Friday, February 10, 2006

Thoughts About East Winds

I'm not sure why the "East Wind" has played such a role in my life, but it seems to continue to reoccur and I am always aware of its pressure and influence.

As a kid I grew up mainly in Southern California, mostly in mid-San Diego County, and I can remember the awful Santa Ana winds coming out of the eastern deserts, hot and dry and gusty. I remember huge billowing columns of dust over a thousand feet high choking us and drying out our nose and throat. I can see still some of the enormous walls of flame as the east wind hurled the fire across hillsides and through valleys of sage, mesquite, manzanita, and greasewood. Winds of 50 and 60 miles an hour and more seared the county clear to the beaches at Oceanside and Carlsbad.

During my college time in Los Angeles, the winter east winds would sweep through the passes and drive the smog out over the ocean and bring in its place a pale dun sky of airborne sand and grit. The stately old palms which endured everything else with stoic and impervious indifference would thrash and twist their mighty fronds until they began shearing off and flying away like the severed wings of some mortally wounded pterodactyl.

Away from L.A. at last, Betty and I settled in Beaumont, California, for a couple of years right in the middle of the San Gorgonio Pass between Palm Springs and Riversisde/San Bernadino. This five mile wide notch wa exactly the only point where two massive mountain ranges allowed wind from the eastern deserts to sweep through to scour the huge cities toward the coast. The wind was more severe there than anywhere else. Not only did we have east wind, we had ALL of the east wind entering the western quarter of California howling past us and taking anything not anchored down with it. Cars left outdoors would give up their paint as would the protruding corners of wooden window sills and doorframes of and even some of the edges of brick and stone buildings. A garden would be reduced to chaff and stubble in hours. According to local legend, in early times a man who committed murder after the second day of these Indian Winds could not be convicted as he was clearly "crazy by reason of the the east wind".

When we moved to Alaska, I might have thought my east winds would be behind me, or at least far to the south, but I soon experienced one of the most impressive east winds of all: the raging Taku Winds of Southeastern Alaska. Briefly, the flow of supercold air over the vast mountain icecaps would spill that enormous sub-zero mass over the coastal ridges and down the river valleys westward to sea level. As it fell and warmed, it also expanded, creating one of the gustiest and powerful local tempests ever. Thes gales could sustain themselves for days with velocities approaching one hundred miles an hour and gusts above that. Consider it carefully before visiting Juneau in the winter.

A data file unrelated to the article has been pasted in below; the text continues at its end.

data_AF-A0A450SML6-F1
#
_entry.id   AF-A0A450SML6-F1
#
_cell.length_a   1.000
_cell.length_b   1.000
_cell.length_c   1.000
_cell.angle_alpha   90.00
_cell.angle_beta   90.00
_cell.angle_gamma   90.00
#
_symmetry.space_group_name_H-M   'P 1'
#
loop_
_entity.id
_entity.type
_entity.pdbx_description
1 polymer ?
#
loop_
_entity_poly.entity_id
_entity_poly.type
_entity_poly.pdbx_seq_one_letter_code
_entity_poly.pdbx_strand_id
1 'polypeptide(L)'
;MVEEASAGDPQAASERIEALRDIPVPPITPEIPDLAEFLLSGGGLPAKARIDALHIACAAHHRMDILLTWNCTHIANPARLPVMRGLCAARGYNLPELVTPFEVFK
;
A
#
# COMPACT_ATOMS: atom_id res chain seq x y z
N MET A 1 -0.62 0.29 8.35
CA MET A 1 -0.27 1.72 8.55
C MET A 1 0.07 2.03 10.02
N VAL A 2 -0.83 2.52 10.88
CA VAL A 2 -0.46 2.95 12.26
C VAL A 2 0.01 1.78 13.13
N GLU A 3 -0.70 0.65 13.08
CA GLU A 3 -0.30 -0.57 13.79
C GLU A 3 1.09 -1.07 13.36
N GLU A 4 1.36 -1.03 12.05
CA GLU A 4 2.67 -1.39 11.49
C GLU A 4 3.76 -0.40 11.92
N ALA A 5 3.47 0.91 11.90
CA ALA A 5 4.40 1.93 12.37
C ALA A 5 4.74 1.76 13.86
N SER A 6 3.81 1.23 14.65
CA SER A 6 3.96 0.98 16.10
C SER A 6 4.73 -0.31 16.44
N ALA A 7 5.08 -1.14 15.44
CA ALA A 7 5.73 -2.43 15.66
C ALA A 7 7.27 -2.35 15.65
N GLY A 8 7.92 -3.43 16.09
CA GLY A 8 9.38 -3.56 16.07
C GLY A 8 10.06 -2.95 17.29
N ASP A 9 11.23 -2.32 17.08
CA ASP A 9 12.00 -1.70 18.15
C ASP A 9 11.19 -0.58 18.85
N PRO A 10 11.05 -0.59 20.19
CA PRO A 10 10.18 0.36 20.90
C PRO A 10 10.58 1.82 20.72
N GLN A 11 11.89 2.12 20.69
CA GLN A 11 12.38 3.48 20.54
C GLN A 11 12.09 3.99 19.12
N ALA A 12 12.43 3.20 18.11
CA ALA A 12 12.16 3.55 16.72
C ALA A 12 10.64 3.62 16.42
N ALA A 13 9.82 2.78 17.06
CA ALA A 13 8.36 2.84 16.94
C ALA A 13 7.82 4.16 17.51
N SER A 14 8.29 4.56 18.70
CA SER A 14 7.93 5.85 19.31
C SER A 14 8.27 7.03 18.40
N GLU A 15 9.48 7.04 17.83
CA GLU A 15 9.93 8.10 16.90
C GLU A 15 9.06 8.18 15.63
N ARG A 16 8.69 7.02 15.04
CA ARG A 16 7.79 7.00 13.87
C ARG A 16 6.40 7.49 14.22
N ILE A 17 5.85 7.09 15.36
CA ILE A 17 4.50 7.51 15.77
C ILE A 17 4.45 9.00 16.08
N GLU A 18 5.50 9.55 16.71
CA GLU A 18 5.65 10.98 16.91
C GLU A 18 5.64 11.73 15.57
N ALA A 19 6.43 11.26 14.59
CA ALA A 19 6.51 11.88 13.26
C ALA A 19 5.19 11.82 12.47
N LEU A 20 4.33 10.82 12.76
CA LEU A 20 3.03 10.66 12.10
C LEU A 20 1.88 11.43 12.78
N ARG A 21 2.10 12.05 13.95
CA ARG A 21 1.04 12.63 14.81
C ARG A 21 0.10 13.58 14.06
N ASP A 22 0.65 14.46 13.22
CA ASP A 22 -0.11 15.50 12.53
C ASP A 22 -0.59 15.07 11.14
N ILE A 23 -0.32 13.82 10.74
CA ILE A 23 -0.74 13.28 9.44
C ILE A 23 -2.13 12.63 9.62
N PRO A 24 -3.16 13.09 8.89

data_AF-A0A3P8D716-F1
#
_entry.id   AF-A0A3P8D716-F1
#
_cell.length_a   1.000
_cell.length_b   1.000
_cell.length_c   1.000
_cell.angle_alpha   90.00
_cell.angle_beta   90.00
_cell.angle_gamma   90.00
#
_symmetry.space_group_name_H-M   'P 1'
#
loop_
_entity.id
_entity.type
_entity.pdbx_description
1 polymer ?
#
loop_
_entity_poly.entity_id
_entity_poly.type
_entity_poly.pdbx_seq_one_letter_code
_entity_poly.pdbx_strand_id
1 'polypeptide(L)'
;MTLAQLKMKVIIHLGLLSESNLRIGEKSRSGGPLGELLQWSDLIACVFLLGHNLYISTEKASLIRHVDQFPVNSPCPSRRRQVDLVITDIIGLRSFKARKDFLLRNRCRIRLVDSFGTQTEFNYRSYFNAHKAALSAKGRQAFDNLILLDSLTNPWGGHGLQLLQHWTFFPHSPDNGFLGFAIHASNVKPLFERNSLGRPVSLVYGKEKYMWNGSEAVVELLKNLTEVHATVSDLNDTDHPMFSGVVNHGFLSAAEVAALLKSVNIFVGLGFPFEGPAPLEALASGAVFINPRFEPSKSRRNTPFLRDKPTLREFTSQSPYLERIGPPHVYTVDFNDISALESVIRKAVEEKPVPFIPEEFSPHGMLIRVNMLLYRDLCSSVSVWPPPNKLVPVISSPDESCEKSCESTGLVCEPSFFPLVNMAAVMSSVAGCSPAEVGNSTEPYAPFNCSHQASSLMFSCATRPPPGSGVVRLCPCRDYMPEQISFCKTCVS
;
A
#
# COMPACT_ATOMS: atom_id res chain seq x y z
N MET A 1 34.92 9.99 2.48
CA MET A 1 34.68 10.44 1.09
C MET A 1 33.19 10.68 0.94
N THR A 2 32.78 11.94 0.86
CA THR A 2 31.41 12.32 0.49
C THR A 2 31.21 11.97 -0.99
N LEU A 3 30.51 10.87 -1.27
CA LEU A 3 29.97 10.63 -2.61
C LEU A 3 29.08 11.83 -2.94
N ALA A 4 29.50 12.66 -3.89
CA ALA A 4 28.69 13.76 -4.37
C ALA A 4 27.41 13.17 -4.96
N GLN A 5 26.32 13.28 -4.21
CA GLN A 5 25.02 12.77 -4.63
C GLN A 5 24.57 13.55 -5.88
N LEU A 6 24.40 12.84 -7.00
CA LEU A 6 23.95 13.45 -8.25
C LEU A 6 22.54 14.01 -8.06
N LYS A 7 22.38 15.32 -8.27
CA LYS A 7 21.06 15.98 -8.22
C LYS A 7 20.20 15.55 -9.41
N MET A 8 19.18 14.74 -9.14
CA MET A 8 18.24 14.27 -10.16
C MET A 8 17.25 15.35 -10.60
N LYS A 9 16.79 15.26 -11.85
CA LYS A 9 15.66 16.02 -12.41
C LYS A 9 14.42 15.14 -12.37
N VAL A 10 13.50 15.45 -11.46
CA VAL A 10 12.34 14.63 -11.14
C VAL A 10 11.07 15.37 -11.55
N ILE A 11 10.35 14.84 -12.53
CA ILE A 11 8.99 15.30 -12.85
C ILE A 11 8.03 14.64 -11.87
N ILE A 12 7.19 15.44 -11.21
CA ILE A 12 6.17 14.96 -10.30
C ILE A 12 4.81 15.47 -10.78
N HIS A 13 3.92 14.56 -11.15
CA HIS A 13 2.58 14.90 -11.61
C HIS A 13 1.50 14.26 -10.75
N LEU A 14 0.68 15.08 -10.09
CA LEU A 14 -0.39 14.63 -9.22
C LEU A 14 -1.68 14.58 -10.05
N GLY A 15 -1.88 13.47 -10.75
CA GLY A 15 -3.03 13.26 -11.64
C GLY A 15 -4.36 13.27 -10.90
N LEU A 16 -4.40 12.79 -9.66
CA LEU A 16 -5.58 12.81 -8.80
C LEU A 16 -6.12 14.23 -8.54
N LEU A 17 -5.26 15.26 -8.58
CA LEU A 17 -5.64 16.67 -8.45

Once we moved south again, we found a peaceful-looking country acre east of Vancouver and settled down again, only to have the hair blown off our legs several times a year by east winds out of the Columbia Gorge. Again we found ourselves in the gunsight of the only notch in a mountain range - this time the Cascade Mountains of Washington and Oregon - and learned the hard way that it is the only major passage for wind from east to west for a hundred miles north or south. Under certain conditions high pressure weather moves south out of Canada into the Columbia Basin east of the Cascades. If the Pacific Ocean contributes an offshore low pressure system, and it almost always does, the air wants to go from "high" to "low" and its super-freeway is the gorge, which is due (wait for it... ... wait, wait, ta-ta...That's right!) Due East of us. The uniqueness of this location is that when the wind begins, it continues for long days and nights and it howls and shreaks and rattles, and tears limbs off of trees, hurls assorted debris parallel to the ground, rips the tarps off of the wood piles, stacks waist high piles of leaves in the fence corners, fells tall Douglas Firs and centuries old oaks (often destroying the homes below), sinks boats and boathouses along the river, downs power lines, and much other similar mischief.

Our east winds have been blowing for almost two days now and show no signs yet of letting up. I was pruning trees in the orchard yesterday in the morning and before 11:00 A.M. my face was wind burned even though the temperature was cooler than fifty degrees, I was literally blown off of the ladder once, and the ladder was blown over several other times when my weight was not on it holding it firmly down. I had to quit and come inside.

Do you realize how many times in the Bible there is a mention of the east wind? Almost every reference, actual or metaphoric, is negative. In dreams and in reality the east wind scorches the ears of corn and brings plagues of locust, and divides the seas, and breaks the ships of Tarshish, and scatters the people, withers the crops and desiccates the fruit, and (getting on the nerves) blows continually, dries up the fountains and springs of life sustaining water in the deserts, plunders every precious article, and serves in one case as discipline for a prophet named Jonah. Biblical east winds have a punitive reputation.

We are stuck inside the house. I 'm beginning to feel "crazy".

I don't like any wind. I particularly dislike an east wind.

I'm ready for more rain instead.

Breezily, Papa John


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